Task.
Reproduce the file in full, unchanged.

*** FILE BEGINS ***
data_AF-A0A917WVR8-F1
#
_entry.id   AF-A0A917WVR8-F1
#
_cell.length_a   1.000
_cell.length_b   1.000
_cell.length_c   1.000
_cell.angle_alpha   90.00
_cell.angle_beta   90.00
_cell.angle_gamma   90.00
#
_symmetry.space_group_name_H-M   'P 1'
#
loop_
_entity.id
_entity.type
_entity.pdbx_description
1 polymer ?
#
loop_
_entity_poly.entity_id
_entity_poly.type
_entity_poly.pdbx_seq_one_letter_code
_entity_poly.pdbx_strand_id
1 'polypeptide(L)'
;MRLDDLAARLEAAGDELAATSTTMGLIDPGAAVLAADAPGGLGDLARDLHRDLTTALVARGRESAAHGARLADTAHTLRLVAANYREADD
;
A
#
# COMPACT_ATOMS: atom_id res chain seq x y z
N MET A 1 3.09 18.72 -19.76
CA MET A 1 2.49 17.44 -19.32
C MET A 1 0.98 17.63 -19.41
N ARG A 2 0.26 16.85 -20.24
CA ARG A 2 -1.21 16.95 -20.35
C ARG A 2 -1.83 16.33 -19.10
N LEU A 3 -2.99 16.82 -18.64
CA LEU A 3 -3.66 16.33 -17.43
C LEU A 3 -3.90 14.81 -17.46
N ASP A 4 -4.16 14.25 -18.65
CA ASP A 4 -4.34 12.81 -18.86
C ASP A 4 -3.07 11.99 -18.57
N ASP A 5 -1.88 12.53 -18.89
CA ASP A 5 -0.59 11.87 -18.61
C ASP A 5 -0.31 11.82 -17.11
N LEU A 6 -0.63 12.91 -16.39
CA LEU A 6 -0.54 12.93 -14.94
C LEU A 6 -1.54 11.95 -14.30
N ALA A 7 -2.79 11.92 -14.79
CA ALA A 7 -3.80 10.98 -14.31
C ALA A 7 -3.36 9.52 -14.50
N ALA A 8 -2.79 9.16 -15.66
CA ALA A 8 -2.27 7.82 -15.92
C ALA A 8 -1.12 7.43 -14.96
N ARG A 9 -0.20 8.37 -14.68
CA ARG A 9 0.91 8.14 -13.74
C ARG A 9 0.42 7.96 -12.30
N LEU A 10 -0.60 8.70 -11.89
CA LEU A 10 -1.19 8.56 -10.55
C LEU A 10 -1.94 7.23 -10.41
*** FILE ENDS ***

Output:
data_AF-A0A917WVR8-F1
#
_entry.id   AF-A0A917WVR8-F1
#
_cell.length_a   1.000
_cell.length_b   1.000
_cell.length_c   1.000
_cell.angle_alpha   90.00
_cell.angle_beta   90.00
_cell.angle_gamma   90.00
#
_symmetry.space_group_name_H-M   'P 1'
#
loop_
_entity.id
_entity.type
_entity.pdbx_description
1 polymer ?
#
loop_
_entity_poly.entity_id
_entity_poly.type
_entity_poly.pdbx_seq_one_letter_code
_entity_poly.pdbx_strand_id
1 'polypeptide(L)'
;MRLDDLAARLEAAGDELAATSTTMGLIDPGAAVLAADAPGGLGDLARDLHRDLTTALVARGRESAAHGARLADTAHTLRLVAANYREADD
;
A
#
# COMPACT_ATOMS: atom_id res chain seq x y z
N MET A 1 3.09 18.72 -19.76
CA MET A 1 2.49 17.44 -19.32
C MET A 1 0.98 17.63 -19.41
N ARG A 2 0.26 16.85 -20.24
CA ARG A 2 -1.21 16.95 -20.35
C ARG A 2 -1.83 16.33 -19.10
N LEU A 3 -2.99 16.82 -18.64
CA LEU A 3 -3.66 16.33 -17.43
C LEU A 3 -3.90 14.81 -17.46
N ASP A 4 -4.16 14.25 -18.65
CA ASP A 4 -4.34 12.81 -18.86
C ASP A 4 -3.07 11.99 -18.57
N ASP A 5 -1.88 12.53 -18.89
CA ASP A 5 -0.59 11.87 -18.61
C ASP A 5 -0.31 11.82 -17.11
N LEU A 6 -0.63 12.91 -16.39
CA LEU A 6 -0.54 12.93 -14.94
C LEU A 6 -1.54 11.95 -14.30
N ALA A 7 -2.79 11.92 -14.79
CA ALA A 7 -3.80 10.98 -14.31
C ALA A 7 -3.36 9.52 -14.50
N ALA A 8 -2.79 9.16 -15.66
CA ALA A 8 -2.27 7.82 -15.92
C ALA A 8 -1.12 7.43 -14.96
N ARG A 9 -0.20 8.37 -14.68
CA ARG A 9 0.91 8.14 -13.74
C ARG A 9 0.42 7.96 -12.30
N LEU A 10 -0.60 8.70 -11.89
CA LEU A 10 -1.19 8.56 -10.55
C LEU A 10 -1.94 7.23 -10.41